Before you decide how you want to build your website, you need to decide what you want your website to do.
There is a lot of advice out there on what every good author website "needs." You'll notice a lot of it doesn't agree. I think a big reason for that is the fact that different people want their websites to do different things.
Do you want to use your website as a marketing tool? As a way to connect with your readers? As a go-to place for all things you? Not that a website can't do all of those things, but if you primarily want your website to be a blog and forum where you can interact with your fans, you will probably want to set it up differently and use a different web-building application than if you just want a place to point people to when they want to find your work.
Even if you're planning on starting small, choose a platform that will accommodate your future plans.
In my case, I wanted a fairly simple website. I wanted to have a place where people could go to find links to my work, as well as to reviews and interviews and other stuff about me. It's also a place I can collect the little freebies I've done so far, as well as talk about my stories individually, sharing alternate drafts or anecdotes about what inspired a particular piece. The blog is for interaction; the website is for information.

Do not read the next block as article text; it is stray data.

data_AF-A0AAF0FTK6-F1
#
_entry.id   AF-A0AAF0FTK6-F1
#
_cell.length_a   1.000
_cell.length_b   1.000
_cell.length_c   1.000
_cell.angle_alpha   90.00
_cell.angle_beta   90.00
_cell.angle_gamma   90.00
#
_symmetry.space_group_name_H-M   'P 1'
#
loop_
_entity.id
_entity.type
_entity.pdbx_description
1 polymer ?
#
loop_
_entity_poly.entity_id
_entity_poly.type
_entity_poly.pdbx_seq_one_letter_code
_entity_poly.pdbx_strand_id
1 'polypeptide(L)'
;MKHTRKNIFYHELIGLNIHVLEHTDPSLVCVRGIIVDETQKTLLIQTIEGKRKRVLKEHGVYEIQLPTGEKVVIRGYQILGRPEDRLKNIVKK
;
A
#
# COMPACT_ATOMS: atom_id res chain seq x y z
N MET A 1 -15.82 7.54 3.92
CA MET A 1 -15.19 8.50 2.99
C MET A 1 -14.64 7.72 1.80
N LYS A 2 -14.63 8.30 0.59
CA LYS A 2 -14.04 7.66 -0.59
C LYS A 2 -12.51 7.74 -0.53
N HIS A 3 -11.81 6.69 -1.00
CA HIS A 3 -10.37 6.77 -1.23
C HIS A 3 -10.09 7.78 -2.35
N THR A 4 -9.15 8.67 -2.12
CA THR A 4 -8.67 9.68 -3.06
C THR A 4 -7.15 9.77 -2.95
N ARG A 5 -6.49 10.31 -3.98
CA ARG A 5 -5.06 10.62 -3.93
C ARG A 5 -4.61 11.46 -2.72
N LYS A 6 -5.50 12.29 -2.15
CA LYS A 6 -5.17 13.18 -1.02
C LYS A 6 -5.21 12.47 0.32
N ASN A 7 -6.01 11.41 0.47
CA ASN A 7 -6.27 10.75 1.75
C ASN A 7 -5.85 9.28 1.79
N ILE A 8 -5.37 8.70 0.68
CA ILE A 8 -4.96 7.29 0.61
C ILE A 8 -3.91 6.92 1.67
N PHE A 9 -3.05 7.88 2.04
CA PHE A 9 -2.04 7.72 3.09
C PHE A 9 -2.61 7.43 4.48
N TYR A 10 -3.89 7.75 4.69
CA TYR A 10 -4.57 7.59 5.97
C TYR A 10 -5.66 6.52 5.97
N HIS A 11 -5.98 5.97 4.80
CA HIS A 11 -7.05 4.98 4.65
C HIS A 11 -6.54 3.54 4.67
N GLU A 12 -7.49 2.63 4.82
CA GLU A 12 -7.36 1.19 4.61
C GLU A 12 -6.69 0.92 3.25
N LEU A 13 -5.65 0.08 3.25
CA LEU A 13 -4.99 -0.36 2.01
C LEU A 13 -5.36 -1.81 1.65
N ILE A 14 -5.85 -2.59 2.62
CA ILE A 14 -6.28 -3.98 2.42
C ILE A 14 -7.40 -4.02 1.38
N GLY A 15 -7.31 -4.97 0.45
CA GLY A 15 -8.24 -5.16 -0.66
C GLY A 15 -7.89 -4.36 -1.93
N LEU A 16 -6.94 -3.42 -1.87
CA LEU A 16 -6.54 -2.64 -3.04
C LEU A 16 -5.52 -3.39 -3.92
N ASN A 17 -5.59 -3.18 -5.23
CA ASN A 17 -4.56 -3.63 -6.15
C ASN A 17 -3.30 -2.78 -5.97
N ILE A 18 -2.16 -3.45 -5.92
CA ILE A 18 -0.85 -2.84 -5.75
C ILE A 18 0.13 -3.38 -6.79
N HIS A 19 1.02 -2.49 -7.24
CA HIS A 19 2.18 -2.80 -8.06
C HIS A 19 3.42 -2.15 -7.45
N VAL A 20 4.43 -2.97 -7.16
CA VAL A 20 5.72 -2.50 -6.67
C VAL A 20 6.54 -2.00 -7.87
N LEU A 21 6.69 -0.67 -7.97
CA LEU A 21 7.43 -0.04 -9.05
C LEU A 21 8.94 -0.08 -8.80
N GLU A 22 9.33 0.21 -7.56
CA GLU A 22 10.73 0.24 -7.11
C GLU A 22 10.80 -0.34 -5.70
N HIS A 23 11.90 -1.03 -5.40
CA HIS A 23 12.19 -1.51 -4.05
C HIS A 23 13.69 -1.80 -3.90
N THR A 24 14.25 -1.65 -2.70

Therefore I decided to not worry about forums or flash or anything really fancy, but I did want something I could maintain and update myself whenever I felt like it and organize basically any way I wanted, as opposed to being stuck with some "author template."
Is my website all it could be? No. Does it do what I wanted it to do? Yes. (Thank the gods for static pages.) I'll get around to figuring out pictures one of these days, but in the meantime, if you want a complete and exhaustive list of everything I've ever published, or links to reviews of my work, www.mercyloomis.com is the best place to look.
(I also have to admit that I picked my website-building tool, Joomla!, by calling my brother-in-law and asking what he uses. Why? Because I suck at programming and I wanted someone I could call when I needed help. I also bought a book on it. I recommend this strategy highly.)